Freescale Adds Windows Mobile Support to MXC Cellular Platform

Freescale announced the integration of the Microsoft Windows Mobile operating system with Freescale’s Mobile eXtreme Convergence (MXC) cellular platforms, allowing carriers the opportunity to deliver desktop familiarity on handheld devices.

“We are pleased to add the integrated support of Windows Mobile to our cellular platforms,” said David Patterson, director of product management for Freescale’s Cellular Products Group. “Integrating our MXC architecture makes it easy for carriers to get products to market. We are absolutely committed to improving performance while reducing cost, power consumption and size.”

Optimized for flexible operating systems like Windows Mobile, Freescale’s cellular platforms are based on the unique MXC architecture, which isolates communications functionality on the DSP from the applications environment on an ARM® core. By running the entire protocol stack on the DSP, Freescale gives OEMs the freedom to develop features and functionality most desired by the consumer. The result is a low bill of materials, few components, simplicity, low power consumption and a low overall cost of development.

“We provide a flexible, powerful platform so our partners can develop technologies to extend the possibilities for mobility,” said David Turner, director, Mobile Communications Business at Microsoft Corp. “We support Freescale’s efforts to reduce OEM development costs, which can lower costs for consumers.”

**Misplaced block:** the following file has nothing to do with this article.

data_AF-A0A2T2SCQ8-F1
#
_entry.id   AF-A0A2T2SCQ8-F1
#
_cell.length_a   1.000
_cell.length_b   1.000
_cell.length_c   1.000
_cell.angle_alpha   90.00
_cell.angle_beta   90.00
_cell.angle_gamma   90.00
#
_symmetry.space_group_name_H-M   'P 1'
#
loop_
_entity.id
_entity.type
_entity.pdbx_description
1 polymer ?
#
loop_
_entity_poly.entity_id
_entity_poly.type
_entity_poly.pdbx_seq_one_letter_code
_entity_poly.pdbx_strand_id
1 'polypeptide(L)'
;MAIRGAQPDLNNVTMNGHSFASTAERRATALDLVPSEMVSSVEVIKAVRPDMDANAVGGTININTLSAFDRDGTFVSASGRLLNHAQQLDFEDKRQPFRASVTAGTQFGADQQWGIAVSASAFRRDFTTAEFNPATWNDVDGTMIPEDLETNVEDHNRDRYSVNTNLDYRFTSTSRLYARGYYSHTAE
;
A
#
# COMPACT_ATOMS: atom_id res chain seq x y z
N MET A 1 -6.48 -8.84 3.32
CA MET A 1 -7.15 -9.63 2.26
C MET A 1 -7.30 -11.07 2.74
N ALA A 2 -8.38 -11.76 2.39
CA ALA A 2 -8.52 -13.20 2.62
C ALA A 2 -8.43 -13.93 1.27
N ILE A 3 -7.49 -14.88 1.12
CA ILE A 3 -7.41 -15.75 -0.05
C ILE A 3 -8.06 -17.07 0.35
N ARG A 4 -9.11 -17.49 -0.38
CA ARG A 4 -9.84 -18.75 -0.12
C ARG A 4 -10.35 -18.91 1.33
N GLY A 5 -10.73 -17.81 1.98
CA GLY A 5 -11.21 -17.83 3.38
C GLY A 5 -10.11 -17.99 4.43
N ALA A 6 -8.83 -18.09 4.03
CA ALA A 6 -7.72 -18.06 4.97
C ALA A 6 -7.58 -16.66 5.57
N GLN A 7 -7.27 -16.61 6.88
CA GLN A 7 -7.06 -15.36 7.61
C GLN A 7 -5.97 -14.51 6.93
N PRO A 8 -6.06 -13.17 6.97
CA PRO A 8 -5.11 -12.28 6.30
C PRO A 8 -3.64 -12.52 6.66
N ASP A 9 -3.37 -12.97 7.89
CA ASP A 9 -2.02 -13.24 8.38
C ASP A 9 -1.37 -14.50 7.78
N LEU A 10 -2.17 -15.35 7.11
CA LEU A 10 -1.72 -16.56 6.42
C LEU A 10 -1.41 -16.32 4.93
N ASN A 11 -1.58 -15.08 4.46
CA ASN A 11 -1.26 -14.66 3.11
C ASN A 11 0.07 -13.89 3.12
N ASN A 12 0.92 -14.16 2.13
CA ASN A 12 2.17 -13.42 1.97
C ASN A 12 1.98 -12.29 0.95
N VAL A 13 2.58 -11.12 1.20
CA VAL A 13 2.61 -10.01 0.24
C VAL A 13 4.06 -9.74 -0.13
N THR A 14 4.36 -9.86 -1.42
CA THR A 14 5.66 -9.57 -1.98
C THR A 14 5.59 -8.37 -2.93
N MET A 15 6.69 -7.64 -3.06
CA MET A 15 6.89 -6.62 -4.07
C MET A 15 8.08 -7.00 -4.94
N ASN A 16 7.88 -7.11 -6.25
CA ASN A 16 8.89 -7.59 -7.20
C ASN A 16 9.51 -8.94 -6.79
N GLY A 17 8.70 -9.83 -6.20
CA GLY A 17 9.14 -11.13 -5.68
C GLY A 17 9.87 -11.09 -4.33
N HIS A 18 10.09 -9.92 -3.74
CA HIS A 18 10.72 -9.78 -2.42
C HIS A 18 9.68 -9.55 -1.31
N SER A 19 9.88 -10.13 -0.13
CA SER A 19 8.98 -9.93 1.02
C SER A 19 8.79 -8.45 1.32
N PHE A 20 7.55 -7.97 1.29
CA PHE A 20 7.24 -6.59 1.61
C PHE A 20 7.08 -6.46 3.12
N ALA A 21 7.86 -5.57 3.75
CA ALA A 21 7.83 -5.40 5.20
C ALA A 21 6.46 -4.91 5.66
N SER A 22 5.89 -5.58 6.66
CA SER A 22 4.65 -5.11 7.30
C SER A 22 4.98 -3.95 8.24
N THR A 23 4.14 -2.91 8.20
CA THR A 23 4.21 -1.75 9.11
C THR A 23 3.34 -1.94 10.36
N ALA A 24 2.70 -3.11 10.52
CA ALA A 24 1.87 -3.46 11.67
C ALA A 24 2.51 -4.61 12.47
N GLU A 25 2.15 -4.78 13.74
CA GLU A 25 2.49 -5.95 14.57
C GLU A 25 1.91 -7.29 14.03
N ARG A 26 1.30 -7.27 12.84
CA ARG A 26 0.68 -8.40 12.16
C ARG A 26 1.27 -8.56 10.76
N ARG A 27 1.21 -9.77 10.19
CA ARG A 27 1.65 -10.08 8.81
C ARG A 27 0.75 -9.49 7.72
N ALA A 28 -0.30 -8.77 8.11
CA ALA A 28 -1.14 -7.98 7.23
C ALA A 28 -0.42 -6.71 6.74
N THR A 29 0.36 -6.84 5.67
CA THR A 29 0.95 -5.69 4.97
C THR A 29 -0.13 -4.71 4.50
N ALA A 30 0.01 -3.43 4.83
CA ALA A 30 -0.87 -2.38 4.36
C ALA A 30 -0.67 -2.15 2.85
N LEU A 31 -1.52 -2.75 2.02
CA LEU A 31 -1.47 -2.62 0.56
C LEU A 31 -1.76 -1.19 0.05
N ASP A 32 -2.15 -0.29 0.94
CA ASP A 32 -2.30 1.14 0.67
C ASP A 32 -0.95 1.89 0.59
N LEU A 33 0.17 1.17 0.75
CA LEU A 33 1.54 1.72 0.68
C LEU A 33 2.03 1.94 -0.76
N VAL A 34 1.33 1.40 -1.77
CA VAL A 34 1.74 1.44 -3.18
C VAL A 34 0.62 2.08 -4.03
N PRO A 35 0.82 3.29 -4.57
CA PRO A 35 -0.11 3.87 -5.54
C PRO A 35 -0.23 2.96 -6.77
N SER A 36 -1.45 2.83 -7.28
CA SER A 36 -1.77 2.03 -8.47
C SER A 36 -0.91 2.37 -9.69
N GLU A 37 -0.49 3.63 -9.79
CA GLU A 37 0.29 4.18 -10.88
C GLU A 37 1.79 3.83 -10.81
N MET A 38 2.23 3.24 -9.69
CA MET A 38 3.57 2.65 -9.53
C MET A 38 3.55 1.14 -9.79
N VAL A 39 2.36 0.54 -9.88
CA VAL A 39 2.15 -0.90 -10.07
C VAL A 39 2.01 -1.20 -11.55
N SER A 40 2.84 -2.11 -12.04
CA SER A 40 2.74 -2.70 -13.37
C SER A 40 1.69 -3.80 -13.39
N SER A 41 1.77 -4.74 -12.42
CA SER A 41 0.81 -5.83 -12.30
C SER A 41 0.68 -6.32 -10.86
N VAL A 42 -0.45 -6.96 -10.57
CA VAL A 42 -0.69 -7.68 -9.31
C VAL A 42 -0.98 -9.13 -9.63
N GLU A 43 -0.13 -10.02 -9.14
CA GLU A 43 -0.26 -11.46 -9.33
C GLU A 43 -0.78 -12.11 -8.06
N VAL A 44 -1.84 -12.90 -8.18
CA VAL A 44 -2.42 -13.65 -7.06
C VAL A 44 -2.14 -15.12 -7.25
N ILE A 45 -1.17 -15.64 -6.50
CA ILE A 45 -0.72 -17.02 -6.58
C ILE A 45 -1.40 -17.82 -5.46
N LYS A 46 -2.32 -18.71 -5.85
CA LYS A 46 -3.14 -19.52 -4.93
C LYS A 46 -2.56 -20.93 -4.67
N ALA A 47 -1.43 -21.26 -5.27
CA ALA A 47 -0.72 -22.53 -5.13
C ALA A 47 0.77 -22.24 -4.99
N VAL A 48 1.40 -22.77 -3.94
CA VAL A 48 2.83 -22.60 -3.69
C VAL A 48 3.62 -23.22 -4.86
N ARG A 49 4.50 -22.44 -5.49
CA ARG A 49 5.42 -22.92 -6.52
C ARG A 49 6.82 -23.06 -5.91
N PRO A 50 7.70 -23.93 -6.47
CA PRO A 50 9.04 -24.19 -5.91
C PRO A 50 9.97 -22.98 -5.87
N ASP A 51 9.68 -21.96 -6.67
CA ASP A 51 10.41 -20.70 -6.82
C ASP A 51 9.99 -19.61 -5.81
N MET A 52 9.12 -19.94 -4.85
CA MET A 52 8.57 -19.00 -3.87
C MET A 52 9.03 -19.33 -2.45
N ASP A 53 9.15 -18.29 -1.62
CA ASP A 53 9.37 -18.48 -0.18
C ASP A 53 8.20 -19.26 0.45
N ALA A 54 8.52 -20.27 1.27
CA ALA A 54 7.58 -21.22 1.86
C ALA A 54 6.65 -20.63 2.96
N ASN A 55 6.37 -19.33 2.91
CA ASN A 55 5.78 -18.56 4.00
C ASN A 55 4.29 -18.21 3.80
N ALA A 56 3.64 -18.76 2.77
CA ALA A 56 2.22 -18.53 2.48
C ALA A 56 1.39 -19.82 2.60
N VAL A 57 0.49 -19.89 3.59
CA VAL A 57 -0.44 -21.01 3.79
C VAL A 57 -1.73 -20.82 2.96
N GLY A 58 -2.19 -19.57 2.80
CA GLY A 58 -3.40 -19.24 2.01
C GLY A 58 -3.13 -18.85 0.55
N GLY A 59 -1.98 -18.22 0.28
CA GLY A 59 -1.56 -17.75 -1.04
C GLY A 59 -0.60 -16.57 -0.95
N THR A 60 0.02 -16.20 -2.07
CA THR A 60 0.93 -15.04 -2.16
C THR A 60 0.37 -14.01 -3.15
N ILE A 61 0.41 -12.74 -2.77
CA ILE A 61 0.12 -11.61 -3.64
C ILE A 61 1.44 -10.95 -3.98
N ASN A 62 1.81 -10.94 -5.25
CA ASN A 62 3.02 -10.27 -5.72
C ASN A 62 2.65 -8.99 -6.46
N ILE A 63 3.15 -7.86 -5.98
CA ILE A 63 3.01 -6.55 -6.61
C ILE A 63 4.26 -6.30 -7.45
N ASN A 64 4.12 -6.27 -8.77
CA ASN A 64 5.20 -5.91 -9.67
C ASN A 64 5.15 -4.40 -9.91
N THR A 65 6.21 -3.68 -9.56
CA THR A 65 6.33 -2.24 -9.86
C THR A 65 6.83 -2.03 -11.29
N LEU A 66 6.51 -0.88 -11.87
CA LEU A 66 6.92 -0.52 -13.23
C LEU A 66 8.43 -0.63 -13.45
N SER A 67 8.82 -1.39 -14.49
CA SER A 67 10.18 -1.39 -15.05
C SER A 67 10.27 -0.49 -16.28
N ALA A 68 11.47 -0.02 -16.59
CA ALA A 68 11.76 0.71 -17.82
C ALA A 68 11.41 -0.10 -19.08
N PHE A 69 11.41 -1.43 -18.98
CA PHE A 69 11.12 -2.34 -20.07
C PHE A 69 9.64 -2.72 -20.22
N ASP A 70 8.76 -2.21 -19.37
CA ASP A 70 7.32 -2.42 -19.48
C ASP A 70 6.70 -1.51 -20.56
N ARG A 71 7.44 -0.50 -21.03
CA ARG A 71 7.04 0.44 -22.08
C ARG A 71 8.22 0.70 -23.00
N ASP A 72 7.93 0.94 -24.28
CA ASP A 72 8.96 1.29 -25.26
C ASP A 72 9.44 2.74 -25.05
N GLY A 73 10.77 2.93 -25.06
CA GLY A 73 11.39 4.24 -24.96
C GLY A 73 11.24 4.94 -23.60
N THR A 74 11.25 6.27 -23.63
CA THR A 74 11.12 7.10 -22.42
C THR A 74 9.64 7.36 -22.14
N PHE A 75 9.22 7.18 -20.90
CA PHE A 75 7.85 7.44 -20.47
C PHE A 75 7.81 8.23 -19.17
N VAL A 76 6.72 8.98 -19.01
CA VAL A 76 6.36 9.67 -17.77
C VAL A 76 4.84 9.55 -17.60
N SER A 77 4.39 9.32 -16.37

Freescale will demonstrate Windows Mobile on the MXC architecture by making live 3G calls at Mobile World Congress in Barcelona, Spain, 11 – 14 February. Visit Freescale in Hall 8, Booth 8B91.

About Freescale
Freescale Semiconductor is a global leader in the design and manufacture of embedded semiconductors for the automotive, consumer, industrial, networking and wireless markets. The privately held company is based in Austin, Texas, and has design, research and development, manufacturing or sales operations in more than 30 countries. Freescale is one of the world’s largest semiconductor companies with 2007 sales of $5.7 billion (USD).

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